Edoxaban with aspirin may be a “paradigm shifting” treatment for peripheral artery disease patients treated with endovascular techniques


Peripheral artery disease patients who undergo endovascular treatment may have a lower risk of major and life-threatening bleeding events and a lower risk or restenosis or occlusion when treated with edoxaban and aspirin, rather than with clopidogrel and aspirin, according to a new proof of concept study.

Frans Moll, University Medical Centre, Utrecht, The Netherlands, presented the data on behalf of the ePAD (Edoxaban in peripheral arterial disease) study steering committee and investigators.

Research gains have improved operator skill and device performance in peripheral endovascular techniques. However, there has been limited research in medical therapy following peripheral endovascular procedures. According to Moll, guideline recommendations still vary significantly, ranging from the use of aspirin alone to the use of clopidogrel with aspirin for one to three months followed by continued long-term aspirin use. Treatment recommendations focus on platelet aggregation, and exclude the role of the coagulation cascade in thrombus formation.

Loss of patency after endovascular treatment remains high, ranging from 17–>40% with dual antiplatelet therapy. Endovascular treatment can also result in catheter-induced damage to the endothelium, exposing tissue factor-rich subendothelium to the blood stream and creating a thrombogenic environment wherein platelets and coagulation factors are activated.

Moll told delegates that the development of a regimen that targets all major components of the arterial thrombi may help preserve patency restored by endovascular techniques in peripheral artery disease patients with a low risk of bleeding. In this trial, Moll and colleagues compared the combination of edoxaban (Lixiana/Savaysa, Daiichi Sankyo) and aspirin with conventional dual antiplatelet therapy treatment (clopidogrel with aspirin) in maintaining post-femoropopliteal endovascular therapy vessel patency in peripheral artery disease patients. Moll noted that this “is the first study to utilise a non-vitamin K antagonist oral anticoagulant in a dual antithrombotic regimen in peripheral artery disease patients.”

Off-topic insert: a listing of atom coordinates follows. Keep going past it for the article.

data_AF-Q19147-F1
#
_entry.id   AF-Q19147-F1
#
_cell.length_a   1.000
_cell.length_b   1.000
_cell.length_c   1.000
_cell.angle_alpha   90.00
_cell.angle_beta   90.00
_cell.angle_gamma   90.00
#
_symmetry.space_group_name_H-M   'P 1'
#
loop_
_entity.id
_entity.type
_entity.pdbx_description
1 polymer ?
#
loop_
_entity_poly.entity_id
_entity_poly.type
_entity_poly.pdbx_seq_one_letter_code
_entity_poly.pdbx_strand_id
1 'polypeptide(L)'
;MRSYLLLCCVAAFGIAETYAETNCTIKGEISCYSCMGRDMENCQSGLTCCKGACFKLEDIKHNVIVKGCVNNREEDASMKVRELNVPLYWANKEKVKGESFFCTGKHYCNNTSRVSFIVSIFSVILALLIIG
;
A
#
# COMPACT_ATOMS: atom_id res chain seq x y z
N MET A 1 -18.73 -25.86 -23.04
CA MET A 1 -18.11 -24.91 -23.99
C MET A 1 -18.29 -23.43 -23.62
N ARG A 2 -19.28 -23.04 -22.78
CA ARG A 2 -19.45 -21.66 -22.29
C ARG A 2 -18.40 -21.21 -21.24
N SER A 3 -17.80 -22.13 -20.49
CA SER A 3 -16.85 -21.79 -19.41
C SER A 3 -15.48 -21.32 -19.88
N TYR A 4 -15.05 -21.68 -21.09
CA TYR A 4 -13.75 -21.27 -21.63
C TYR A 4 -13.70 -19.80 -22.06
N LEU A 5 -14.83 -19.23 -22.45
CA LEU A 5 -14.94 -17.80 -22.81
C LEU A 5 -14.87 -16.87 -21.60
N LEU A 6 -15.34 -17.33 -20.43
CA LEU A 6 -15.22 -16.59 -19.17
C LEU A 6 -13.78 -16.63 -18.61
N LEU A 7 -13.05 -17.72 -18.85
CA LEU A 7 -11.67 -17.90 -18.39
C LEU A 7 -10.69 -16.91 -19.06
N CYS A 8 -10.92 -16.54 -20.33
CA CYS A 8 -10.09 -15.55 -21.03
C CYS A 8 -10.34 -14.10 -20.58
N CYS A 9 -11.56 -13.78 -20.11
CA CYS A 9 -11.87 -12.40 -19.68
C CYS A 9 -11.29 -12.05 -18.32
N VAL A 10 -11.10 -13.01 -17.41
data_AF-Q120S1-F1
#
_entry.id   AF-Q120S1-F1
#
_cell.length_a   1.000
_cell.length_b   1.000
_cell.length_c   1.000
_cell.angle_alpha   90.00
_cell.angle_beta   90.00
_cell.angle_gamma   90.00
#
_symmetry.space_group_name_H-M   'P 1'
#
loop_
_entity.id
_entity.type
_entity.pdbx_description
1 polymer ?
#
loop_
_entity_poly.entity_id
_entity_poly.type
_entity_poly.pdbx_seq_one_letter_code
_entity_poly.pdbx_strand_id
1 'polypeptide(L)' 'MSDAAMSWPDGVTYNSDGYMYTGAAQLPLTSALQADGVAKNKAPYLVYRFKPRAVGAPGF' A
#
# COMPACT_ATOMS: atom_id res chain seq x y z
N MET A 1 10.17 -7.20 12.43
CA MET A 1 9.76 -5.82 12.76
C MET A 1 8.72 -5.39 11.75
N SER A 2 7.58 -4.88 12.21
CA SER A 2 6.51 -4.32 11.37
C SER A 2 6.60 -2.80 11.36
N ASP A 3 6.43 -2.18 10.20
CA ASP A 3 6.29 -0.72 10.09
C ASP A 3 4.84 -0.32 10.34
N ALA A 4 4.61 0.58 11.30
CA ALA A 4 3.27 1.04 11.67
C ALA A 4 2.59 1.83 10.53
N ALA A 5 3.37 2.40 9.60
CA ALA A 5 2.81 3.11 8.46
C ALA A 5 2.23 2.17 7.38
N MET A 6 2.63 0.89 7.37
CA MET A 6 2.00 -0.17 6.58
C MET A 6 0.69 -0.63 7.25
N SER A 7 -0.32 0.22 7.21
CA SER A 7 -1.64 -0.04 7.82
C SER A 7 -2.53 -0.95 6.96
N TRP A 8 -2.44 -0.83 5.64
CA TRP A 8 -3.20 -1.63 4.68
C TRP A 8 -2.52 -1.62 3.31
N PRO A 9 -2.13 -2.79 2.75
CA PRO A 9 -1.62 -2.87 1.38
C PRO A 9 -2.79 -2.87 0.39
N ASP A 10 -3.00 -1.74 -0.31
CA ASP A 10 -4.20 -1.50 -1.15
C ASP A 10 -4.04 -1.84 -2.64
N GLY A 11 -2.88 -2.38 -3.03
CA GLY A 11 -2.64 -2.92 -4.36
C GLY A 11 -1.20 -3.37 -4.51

The 200 enrolled US and European patients all exhibited peripheral artery disease with Rutherford class 2–5 and had undergone successful endovascular treatment (≤30% residual stenosis) in the superficial femoral artery and for proximal popliteal lesions. They were randomised 1:1 to the two groups and follow-up visits were scheduled for one, two, three, four and six months. Patients with active bleeding or high bleeding risk or with creatine clearance <30mL/minute were excluded, as were patients with ongoing indications for dual antiplatelet therapy or anticoagulant treatment.

Patient characteristics were similar at baseline. Around 70% of patients in both groups had Rutherford classification of 3 or higher, indicating severe claudication. Lesion length was ≥7cm in around 60% of patients in both groups, stenosis was observed in approximately 64% of both groups and occlusion in approximately 35% of both groups—“serious pathology,” Moll said.

The study’s primary safety endpoint was focused on adjudicated bleeding using TIMI and ISTH criteria, and primary efficacy endpoint was restenosis or reocclusion at six months, defined as peak systolic velocity ratio ≥2.4 at the treated segment obtained using duplex ultrasonography.

Edoxaban with aspirin showed lower incidence of major bleeding (0) and any bleeding (5) compared with clopidogrel (major bleeding=2, any bleeding=9) as measured by TIMI criteria. ISTH criteria non-major bleeding (11 vs 8) and any bleeding (30 vs 28) were higher with edoxaban and aspirin than clopidogrel and aspirin, though major bleeding was lower (1 vs 5).

Six-month composite endpoint event rates showed that edoxaban was a more favourable treatment than clopidogrel in all events of restenosis/reocclusion, with or without target lesion revascularisation, amputation and/or major adverse cardiac events. It was also the more favourable treatment for all different patient characteristics including gender, lesion length, age and region.

Given these encouraging results, Moll told the audience that “an adequately sized trial will be needed to confirm this potentially paradigm shifting treatment approach”.